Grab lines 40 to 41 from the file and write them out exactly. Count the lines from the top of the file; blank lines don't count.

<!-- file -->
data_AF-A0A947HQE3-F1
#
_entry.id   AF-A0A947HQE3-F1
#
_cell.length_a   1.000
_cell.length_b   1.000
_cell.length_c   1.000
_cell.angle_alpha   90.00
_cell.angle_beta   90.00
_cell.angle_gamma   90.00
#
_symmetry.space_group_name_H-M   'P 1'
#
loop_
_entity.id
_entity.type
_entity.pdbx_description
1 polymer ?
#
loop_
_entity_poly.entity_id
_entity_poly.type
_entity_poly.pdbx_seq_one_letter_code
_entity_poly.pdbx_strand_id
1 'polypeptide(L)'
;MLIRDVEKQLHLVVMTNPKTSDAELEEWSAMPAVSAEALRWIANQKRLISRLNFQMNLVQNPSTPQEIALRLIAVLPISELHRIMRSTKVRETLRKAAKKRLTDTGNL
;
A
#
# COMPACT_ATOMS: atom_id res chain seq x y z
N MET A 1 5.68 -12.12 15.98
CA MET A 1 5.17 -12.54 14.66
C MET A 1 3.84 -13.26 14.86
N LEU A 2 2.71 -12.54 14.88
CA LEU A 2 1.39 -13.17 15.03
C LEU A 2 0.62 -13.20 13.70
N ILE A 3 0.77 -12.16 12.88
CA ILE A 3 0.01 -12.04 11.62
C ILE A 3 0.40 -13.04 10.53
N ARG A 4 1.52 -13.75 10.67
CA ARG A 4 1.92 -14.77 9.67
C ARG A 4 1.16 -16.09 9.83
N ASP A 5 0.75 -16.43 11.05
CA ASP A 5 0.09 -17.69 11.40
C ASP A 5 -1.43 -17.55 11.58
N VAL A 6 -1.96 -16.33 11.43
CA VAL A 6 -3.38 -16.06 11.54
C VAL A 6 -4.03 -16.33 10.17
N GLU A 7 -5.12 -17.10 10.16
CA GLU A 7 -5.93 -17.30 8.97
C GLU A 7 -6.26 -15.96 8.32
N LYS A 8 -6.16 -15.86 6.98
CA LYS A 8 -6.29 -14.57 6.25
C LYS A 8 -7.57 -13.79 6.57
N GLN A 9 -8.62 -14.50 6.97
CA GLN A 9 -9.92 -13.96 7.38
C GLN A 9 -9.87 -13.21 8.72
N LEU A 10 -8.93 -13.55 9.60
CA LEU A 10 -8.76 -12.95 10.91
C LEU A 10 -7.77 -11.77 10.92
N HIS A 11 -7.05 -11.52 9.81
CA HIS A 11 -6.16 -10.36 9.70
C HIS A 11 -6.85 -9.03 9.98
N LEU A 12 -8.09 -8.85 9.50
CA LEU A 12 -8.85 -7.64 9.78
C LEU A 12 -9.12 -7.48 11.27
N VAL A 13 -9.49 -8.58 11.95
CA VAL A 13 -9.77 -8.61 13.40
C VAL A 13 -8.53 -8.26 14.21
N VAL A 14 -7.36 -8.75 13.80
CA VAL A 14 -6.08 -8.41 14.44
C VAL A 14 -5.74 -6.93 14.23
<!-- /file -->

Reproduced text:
N ARG A 4 1.52 -13.75 10.67
CA ARG A 4 1.92 -14.77 9.67